Pre Hung Interior Doors
DEAR TIM: I want to save some money on an upcoming project. It seems to me that I could successfully hang interior pre-hung doors if I had some guidance. Surely it can't be that hard to do. Of course I want the doors to operate smoothly from now on. What must I do to get trouble free door operation? Scott J., Tiffin, OH
DEAR SCOTT: Hanging interior pre hung doors can be somewhat challenging. Don't underestimate the complexity of the job by any means. Fortunately it requires a few simple tools and a minimum of materials. Gather up a two and a four foot level, a hammer, a nail set, a screwgun, a small square, a bundle of wood shims, a pound of eight penny finish nails and several three inch long drywall screws.
Pre hung interior doors have much of the work done for you when you receive them. But there is still some work to do to get a perfect fit. Typically the manufacturer will leave some extra length on each of the side jambs. This is done on purpose so you can adjust for a floor that is out of level across the width of the door opening. This is the first thing to check for.
You do this with a two foot level. If the floor is out of level across the opening, this means that one of the jamb legs - the one on the high side of the opening - will need to be shortened. If you fail to make this adjustment in length, one of the jamb legs will end up floating in the air as you begin to secure the jambs to the rough opening.
The door slab itself is almost always perfectly square. The trick is to adjust and support the jamb in the rough opening so that the spacing between the jambs and the door is consistent all the way around the door. You start the job on the hinge jamb.
Use the four foot level to check the hinge side rough opening to see if it is plumb. If it is not, don't worry too much. If it is out of plumb, try to measure how much and where it is out of plumb. You will need to know this so that you can insert the proper amount of shims between the jamb and the rough opening as you start to hang the door.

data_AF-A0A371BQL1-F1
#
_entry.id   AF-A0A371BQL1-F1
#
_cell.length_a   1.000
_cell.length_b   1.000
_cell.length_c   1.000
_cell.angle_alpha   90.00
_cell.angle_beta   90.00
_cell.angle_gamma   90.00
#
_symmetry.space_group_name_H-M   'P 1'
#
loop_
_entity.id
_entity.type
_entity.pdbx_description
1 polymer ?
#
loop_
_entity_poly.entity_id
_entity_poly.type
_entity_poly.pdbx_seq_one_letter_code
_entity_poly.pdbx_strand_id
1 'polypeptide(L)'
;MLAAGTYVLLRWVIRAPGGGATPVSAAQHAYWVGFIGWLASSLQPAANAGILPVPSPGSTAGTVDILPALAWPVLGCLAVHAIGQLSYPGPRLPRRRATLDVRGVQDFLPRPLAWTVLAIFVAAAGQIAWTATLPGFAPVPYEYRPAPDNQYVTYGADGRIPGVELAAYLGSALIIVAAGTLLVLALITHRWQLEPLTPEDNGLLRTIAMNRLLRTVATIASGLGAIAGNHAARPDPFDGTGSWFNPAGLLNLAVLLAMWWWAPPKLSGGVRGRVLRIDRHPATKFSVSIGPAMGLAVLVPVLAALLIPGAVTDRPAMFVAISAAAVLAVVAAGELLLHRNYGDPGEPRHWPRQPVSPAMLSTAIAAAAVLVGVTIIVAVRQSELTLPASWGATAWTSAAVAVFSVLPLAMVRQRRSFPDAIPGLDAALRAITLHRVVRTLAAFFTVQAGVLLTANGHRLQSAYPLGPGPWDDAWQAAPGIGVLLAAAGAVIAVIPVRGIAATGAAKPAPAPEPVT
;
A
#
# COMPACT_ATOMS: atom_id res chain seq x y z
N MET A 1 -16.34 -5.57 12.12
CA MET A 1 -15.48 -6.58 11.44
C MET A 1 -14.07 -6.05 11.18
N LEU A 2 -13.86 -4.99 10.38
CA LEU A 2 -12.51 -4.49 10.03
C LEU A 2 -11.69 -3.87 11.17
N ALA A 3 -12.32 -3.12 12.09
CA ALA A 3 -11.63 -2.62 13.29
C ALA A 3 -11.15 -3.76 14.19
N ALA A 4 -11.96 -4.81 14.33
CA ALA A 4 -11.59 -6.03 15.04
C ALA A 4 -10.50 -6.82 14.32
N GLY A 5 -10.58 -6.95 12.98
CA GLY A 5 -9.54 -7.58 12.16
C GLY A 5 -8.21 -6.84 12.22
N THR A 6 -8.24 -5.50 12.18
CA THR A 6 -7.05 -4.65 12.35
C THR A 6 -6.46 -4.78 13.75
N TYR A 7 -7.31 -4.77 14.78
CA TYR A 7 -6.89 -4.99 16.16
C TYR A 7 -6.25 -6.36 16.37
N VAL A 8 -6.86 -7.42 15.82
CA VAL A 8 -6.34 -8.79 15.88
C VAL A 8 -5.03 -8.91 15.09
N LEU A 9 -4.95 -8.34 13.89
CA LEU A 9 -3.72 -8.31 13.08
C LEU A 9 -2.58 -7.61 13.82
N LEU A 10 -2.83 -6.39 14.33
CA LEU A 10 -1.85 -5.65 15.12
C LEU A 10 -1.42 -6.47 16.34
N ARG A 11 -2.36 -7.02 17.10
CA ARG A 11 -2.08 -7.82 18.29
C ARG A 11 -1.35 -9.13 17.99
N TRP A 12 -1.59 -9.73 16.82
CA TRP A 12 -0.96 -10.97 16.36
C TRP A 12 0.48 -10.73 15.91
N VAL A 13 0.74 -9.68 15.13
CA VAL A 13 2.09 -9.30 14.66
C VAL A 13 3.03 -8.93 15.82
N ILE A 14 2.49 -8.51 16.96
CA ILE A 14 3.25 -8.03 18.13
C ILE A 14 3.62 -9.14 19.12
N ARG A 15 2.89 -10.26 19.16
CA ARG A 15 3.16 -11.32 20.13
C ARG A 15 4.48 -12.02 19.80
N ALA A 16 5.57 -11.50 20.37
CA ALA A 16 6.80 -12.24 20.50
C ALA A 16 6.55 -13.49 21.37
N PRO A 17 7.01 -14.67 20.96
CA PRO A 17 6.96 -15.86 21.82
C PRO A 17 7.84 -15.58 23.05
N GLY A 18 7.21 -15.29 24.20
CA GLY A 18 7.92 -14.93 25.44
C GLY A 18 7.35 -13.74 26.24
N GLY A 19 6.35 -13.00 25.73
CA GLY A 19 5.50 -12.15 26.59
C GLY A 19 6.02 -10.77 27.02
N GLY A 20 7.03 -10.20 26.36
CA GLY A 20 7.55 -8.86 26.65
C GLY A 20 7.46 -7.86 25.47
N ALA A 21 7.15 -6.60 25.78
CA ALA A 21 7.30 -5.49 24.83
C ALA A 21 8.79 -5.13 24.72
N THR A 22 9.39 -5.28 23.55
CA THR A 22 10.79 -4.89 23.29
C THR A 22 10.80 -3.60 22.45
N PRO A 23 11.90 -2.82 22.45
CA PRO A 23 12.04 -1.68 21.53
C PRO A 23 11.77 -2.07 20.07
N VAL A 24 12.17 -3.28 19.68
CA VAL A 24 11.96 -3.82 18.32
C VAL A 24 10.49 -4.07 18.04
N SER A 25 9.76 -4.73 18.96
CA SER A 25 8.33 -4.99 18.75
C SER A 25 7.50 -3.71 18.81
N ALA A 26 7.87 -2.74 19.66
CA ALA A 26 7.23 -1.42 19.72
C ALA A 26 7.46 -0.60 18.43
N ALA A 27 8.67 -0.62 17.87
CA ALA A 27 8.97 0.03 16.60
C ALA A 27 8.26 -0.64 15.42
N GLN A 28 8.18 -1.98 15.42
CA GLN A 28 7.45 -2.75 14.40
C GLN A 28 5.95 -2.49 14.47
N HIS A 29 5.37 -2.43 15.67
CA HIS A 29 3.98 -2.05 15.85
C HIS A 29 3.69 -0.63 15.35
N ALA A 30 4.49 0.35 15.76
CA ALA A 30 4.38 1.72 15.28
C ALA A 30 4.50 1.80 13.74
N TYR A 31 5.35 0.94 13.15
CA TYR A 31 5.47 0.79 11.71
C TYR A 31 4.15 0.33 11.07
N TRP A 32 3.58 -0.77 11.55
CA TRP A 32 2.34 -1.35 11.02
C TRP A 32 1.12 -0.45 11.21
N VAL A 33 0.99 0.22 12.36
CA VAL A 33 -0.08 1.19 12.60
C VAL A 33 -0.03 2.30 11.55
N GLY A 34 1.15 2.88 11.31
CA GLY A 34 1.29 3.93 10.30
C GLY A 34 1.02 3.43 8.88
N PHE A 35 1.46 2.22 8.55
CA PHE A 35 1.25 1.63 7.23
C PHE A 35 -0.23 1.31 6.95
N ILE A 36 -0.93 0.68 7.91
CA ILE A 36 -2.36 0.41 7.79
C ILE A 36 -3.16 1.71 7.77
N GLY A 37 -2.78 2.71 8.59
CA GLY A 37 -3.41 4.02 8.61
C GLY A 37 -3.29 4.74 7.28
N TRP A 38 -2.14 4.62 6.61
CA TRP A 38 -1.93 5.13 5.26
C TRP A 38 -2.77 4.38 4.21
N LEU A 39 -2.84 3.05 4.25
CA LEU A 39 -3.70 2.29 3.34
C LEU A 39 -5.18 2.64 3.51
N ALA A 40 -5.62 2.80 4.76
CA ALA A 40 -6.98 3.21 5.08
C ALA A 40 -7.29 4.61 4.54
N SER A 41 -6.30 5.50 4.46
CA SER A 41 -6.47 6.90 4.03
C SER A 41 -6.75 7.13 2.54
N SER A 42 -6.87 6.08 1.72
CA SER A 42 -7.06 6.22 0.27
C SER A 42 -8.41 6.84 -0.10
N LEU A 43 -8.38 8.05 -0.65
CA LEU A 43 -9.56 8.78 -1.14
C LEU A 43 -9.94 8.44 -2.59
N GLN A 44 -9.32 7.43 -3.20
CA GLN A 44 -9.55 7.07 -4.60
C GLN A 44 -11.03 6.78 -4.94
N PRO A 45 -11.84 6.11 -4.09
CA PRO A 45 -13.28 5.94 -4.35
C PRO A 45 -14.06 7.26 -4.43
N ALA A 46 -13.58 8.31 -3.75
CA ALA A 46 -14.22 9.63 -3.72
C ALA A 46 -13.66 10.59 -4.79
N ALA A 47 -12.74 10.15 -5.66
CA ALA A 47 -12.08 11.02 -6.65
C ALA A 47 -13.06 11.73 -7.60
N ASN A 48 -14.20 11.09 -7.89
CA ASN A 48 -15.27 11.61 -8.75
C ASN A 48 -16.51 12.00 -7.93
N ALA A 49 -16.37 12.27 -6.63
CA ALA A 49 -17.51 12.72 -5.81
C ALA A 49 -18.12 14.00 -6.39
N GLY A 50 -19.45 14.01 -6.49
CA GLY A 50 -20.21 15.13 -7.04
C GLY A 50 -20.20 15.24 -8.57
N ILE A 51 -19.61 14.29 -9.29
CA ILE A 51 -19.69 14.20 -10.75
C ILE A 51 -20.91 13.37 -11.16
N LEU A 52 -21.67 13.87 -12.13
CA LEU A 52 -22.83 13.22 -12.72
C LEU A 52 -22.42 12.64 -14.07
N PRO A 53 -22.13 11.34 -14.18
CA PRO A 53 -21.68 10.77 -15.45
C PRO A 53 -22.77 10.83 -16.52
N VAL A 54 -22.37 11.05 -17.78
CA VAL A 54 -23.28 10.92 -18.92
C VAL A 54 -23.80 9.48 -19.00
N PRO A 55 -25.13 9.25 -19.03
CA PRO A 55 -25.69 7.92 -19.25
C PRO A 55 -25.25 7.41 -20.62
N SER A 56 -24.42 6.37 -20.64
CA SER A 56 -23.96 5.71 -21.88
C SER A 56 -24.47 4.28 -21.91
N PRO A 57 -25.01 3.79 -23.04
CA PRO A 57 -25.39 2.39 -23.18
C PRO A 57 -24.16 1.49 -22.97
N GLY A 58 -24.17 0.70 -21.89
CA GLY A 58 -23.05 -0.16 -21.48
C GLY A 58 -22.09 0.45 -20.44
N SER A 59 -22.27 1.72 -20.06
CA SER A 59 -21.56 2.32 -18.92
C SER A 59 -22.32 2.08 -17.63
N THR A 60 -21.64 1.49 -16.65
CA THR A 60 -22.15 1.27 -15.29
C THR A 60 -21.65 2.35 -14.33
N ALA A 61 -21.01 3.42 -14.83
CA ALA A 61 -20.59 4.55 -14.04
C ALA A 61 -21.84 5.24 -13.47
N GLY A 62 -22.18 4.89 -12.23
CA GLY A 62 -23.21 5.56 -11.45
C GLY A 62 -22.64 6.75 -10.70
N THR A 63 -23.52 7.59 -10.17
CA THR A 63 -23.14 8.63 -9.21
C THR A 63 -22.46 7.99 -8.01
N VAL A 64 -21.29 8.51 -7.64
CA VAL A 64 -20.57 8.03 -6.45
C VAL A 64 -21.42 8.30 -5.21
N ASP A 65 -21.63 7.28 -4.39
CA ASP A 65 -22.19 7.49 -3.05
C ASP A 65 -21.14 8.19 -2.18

Position the door and the jamb in the rough opening and use one or two eight penny nails to temporarily tack the hinge jamb into place. Use the level and necessary shims to get the hinge jamb as plumb as possible. Be sure that the door jambs are flush with the finished wall surfaces on both sides of the wall. Ideally you would like to see the jamb project beyond the finished wall surface by about 1/32nd of an inch.
Slide shims as necessary between the jamb and the rough frame at each hinge location. Tack the door in place with additional nails and close the door. Stand on a ladder and check the top of the door to see if the spacing between the door and jamb is equal across the entire width. It should be a 1/8 inch gap or so. You should have a similar gap on the hinge side. If the top gap is not consistent, you need to readjust the length of one of the side jambs.
Once the gap on the hinge jamb and top is the same, you work on the latch or door knob jamb. Simply slide shims between the jamb and the rough opening until the gap is consistent and the door operates smoothly. If you are satisfied, nail the jamb in place at the shim locations. The space between the shims should not exceed 24 inches if possible.
The key to years of trouble free service is to screw the hinge jamb to the rough opening. Without screws, repeated operations can cause the door to sag slightly. I prefer to hide the screws behind the hinges. All you have to do is remove the screws from one hinge at a time on the door jamb. Gently pry the hinge out of the jamb and install a long drywall screw through the jamb into the solid wood of the rough opening. It is an old carpenter's trick I learned long ago.